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March 2015
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May 2015

No, Don't Ignore It!

I was having a conversation with a business friend of mine who was railing Man Noiseagainst "these social media sites" that share customer input on their experience.  That would include Yelp, TripAdvisor and yes Facebook and Twitter among others.  He said, "I don't know why they complain on social media how come they don't say something when they are in the store so we can fix it there?"

He has a point but, welcome to the digital age where anything and everything goes.

I asked him what he does when he gets a social media complaint and he said, "I ignore it.  It's just stupid and it will go away."

But, it won't.  There is a way to deal with social media complaints that, as you do it, actually boosts your brand.  Here are some tips:

  • Acknowledge to Goof - If something happened that ticked off a customer don't hide from it.  Use it as a way to show your ability to listen to the customer;
  • Offer to Make It Right - True, some folks just want to play mean but if the complaint is real find a way to fix it and say so. And, don't be afraid to do it publicly;
  • Be Nice - Look, we get it...nothing feels better than to fire off a Tweet or a Facebook Post so you can "get back".  That is until somebody out there copies the post, circulates it and then who looks bad?  Resist the impulse;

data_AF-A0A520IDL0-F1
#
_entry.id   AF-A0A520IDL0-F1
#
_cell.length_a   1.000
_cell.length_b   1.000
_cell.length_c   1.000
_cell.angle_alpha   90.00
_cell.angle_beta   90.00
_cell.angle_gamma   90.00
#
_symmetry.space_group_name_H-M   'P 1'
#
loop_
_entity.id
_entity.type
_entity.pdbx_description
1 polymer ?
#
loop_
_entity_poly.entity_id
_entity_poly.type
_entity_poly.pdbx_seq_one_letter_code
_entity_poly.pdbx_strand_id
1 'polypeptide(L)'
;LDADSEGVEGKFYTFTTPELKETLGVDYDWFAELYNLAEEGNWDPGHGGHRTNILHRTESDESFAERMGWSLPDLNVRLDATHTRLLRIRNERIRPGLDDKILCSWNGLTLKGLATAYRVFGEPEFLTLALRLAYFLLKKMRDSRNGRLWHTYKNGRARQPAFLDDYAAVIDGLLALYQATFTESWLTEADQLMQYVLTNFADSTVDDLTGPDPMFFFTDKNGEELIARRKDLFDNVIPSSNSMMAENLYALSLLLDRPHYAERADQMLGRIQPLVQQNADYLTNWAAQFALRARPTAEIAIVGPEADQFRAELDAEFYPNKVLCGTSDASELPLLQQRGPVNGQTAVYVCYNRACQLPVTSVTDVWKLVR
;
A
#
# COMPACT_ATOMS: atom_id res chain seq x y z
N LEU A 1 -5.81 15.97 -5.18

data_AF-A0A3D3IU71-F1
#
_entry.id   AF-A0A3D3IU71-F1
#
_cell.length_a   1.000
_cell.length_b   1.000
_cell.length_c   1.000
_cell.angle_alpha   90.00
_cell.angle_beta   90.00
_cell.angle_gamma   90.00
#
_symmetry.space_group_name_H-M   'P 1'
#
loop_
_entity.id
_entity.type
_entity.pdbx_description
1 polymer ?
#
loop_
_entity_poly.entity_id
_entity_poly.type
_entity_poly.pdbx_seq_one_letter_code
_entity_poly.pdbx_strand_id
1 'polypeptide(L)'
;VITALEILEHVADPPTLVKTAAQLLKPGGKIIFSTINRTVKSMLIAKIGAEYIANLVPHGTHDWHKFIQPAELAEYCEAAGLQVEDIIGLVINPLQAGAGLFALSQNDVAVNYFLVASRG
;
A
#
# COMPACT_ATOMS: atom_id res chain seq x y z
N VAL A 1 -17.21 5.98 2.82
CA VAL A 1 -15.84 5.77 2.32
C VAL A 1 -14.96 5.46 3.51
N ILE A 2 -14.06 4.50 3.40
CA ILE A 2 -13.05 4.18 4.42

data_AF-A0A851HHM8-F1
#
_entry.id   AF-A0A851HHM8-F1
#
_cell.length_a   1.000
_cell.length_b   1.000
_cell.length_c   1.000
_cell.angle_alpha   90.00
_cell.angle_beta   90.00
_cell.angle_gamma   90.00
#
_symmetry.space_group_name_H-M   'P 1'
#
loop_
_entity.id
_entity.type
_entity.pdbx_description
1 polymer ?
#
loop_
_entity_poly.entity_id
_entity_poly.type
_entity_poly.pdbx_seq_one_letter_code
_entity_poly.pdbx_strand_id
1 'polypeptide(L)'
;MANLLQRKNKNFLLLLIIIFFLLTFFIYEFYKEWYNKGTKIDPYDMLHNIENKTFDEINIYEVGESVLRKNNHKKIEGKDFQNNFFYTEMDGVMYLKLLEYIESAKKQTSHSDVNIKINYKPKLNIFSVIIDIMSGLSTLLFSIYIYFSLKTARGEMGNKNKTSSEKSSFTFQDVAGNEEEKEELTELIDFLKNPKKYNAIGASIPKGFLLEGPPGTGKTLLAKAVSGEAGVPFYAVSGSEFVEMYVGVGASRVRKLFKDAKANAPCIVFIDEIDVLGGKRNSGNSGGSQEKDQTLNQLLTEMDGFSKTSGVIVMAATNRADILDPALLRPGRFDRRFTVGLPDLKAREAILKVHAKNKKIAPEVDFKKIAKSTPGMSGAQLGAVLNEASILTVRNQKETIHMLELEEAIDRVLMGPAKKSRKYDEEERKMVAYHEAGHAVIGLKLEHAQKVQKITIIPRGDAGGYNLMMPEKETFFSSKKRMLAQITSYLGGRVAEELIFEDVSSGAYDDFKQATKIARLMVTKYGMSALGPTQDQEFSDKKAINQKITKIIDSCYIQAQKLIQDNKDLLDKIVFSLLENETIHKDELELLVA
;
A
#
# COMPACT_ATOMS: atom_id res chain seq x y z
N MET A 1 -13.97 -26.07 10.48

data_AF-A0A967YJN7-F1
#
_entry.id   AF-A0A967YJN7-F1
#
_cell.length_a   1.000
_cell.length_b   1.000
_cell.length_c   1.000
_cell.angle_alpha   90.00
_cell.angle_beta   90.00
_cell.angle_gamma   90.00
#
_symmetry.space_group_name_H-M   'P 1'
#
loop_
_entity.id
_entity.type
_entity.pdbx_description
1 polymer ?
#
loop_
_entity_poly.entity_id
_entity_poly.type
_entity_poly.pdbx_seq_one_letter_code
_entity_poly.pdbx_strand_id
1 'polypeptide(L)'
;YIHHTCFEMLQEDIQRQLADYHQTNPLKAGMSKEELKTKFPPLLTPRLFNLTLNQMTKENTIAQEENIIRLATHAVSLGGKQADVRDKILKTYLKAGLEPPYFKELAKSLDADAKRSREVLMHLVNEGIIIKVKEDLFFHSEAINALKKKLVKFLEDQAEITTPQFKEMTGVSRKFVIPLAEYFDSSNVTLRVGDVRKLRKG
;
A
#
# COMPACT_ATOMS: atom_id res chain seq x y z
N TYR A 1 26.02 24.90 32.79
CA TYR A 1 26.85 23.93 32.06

• Use the Moment - While it's true that in the digital age anybody can complain about anything and often stay anonymous.  No matter if it's a "troll" or for real.  Use the moment to help consumers better understand who and what you are really like.

I really liked this piece from Hootsuite and how they used negative comments to re-build:  

 

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The Power of Connection

As most of you know I do a daily business news broadcast. Along with the MPL Studio Editbusiness news of the day and the markets we'll make welcome one or two business guests during the hour. The interview segments run, on average, eight to twelve minutes. We've had hundreds of conversations with established business leaders to start-ups.

Within 24 hours we send out guests the radio blog links, podcast links, photos and any video we take during the interview.  What happens next is interesting.

Some of our guests take the information we share with them and post it on their own blogs, Facebook Page, Twitter, Flicker...etc.  Some clearly don't. How do we know?

We watch the number of "plays" each has.  Those who are connected to social media and have their own audience start to build "play numbers" right away.  Those who don't...don't.

It's the power of connection.  Sure, while we're live we'll reach hundreds of listeners but, for those who understand the power of social media, hundreds more get to listen to the interview segment on "their time".  That, my friends, is the new reality of media.  Listeners, viewers want stuff when they want it and not built around our schedule.

Oh, the times they are a changin'!

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April 21st - Are You Ready?

There is an important business date coming up in April…and it’s not April Google Logo15th…but April 21st and it has nothing to do with taxes but everything to do with Google and your business.  What’s going to happen?

We believe Google will launch a new mobile crawler (probably with an Android user-agent) that can, and will, identify your site as being mobile friendly and tell the world if you are or are not.